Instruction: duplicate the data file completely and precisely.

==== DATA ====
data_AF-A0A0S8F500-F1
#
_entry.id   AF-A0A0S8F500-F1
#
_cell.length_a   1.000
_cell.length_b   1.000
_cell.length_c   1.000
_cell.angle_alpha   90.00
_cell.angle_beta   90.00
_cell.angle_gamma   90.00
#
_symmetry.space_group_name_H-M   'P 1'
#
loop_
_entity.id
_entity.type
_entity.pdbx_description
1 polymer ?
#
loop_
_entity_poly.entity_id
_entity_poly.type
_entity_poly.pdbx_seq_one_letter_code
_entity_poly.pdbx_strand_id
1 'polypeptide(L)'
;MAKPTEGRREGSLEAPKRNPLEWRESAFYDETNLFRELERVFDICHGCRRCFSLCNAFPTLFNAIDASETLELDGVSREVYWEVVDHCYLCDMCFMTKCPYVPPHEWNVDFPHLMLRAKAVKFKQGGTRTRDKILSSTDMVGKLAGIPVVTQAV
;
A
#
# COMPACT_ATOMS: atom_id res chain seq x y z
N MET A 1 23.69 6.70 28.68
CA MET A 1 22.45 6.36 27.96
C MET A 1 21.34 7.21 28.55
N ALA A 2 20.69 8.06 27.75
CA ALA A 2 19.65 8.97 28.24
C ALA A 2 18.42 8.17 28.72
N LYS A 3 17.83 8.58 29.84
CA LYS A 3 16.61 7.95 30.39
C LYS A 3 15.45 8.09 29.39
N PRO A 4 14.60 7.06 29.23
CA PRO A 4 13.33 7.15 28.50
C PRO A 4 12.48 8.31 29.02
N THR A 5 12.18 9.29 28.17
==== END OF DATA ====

data_AF-A0A0S8F500-F1
#
_entry.id   AF-A0A0S8F500-F1
#
_cell.length_a   1.000
_cell.length_b   1.000
_cell.length_c   1.000
_cell.angle_alpha   90.00
_cell.angle_beta   90.00
_cell.angle_gamma   90.00
#
_symmetry.space_group_name_H-M   'P 1'
#
loop_
_entity.id
_entity.type
_entity.pdbx_description
1 polymer ?
#
loop_
_entity_poly.entity_id
_entity_poly.type
_entity_poly.pdbx_seq_one_letter_code
_entity_poly.pdbx_strand_id
1 'polypeptide(L)'
;MAKPTEGRREGSLEAPKRNPLEWRESAFYDETNLFRELERVFDICHGCRRCFSLCNAFPTLFNAIDASETLELDGVSREVYWEVVDHCYLCDMCFMTKCPYVPPHEWNVDFPHLMLRAKAVKFKQGGTRTRDKILSSTDMVGKLAGIPVVTQAV
;
A
#
# COMPACT_ATOMS: atom_id res chain seq x y z
N MET A 1 23.69 6.70 28.68
CA MET A 1 22.45 6.36 27.96
C MET A 1 21.34 7.21 28.55
N ALA A 2 20.69 8.06 27.75
CA ALA A 2 19.65 8.97 28.24
C ALA A 2 18.42 8.17 28.72
N LYS A 3 17.83 8.58 29.84
CA LYS A 3 16.61 7.95 30.39
C LYS A 3 15.45 8.09 29.39
N PRO A 4 14.60 7.06 29.23
CA PRO A 4 13.33 7.15 28.50
C PRO A 4 12.48 8.31 29.02
N THR A 5 12.18 9.29 28.17